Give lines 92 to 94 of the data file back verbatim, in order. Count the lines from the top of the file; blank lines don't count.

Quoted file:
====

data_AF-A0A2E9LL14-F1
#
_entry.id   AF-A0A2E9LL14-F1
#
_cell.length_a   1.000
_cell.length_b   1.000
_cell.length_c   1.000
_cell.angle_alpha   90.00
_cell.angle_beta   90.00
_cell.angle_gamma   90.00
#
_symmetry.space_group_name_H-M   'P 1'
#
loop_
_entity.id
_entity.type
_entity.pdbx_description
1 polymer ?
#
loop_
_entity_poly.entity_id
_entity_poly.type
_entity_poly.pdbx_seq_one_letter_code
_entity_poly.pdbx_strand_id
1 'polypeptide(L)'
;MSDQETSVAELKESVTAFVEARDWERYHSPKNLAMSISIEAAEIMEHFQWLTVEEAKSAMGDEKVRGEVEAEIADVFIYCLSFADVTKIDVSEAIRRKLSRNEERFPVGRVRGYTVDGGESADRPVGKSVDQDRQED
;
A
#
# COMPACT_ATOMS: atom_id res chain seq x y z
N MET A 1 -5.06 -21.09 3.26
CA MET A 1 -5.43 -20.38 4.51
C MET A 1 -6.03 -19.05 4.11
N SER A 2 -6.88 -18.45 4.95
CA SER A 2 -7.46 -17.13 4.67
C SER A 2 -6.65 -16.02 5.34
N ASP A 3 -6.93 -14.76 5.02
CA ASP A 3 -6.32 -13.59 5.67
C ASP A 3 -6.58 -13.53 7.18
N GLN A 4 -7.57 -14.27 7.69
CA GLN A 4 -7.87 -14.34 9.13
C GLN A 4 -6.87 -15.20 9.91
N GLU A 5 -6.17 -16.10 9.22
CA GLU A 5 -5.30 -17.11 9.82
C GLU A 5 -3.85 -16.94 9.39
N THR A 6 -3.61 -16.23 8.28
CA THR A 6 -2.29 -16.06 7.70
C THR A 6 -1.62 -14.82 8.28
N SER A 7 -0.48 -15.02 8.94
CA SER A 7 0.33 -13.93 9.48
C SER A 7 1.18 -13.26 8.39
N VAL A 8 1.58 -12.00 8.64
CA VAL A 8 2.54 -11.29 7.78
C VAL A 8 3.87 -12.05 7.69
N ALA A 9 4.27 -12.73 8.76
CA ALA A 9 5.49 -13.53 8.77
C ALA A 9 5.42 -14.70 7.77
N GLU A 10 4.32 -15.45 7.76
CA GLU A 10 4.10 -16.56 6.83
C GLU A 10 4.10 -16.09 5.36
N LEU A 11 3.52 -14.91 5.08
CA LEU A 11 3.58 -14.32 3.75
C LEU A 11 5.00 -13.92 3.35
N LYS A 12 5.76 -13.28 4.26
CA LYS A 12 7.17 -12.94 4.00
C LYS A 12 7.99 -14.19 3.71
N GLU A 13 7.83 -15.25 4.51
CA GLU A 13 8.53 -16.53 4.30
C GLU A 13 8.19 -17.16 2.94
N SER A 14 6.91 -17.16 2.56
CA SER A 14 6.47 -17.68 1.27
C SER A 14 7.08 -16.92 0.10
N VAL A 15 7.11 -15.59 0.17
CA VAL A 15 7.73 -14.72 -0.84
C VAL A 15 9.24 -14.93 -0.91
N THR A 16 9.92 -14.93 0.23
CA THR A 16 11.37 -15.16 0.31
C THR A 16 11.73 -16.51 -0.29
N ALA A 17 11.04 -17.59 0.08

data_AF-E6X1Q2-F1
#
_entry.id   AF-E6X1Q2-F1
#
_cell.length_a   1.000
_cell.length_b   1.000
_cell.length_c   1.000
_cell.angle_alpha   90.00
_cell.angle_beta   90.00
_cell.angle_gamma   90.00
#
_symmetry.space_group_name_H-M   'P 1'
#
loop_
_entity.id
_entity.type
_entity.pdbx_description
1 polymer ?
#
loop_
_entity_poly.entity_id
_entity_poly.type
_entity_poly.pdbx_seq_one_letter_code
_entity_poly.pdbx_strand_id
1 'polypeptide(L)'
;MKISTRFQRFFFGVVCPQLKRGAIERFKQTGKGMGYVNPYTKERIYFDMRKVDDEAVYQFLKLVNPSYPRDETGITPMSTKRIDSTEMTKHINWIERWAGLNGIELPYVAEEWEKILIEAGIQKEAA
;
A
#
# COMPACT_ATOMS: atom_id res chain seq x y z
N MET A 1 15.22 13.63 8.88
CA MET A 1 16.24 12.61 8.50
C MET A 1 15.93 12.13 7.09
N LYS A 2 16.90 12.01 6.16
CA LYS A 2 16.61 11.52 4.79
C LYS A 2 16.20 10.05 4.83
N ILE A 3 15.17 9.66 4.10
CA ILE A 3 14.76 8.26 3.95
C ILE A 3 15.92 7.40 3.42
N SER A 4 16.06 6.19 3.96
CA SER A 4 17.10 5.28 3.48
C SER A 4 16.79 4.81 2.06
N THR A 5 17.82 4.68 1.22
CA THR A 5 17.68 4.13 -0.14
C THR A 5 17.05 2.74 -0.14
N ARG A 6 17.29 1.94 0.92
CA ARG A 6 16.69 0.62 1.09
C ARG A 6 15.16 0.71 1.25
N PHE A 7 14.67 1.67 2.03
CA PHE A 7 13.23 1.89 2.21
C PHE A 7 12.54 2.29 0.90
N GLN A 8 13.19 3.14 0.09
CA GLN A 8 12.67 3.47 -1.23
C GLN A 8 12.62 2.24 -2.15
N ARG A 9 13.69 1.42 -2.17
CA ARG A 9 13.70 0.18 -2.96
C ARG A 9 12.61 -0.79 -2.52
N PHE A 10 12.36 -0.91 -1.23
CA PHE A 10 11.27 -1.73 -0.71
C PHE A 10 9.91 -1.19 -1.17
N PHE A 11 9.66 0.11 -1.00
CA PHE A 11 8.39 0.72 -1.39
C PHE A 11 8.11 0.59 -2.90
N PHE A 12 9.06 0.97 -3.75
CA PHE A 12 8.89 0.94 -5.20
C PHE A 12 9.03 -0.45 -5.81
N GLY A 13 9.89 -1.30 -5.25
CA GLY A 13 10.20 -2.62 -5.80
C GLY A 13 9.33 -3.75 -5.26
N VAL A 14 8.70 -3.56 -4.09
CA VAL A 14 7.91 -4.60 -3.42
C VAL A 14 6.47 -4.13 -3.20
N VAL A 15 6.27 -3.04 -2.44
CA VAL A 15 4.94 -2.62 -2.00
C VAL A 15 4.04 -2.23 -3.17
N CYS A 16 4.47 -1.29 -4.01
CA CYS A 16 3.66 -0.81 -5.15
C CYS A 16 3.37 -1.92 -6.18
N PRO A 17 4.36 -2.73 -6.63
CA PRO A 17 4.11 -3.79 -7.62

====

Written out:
#
loop_
_entity.id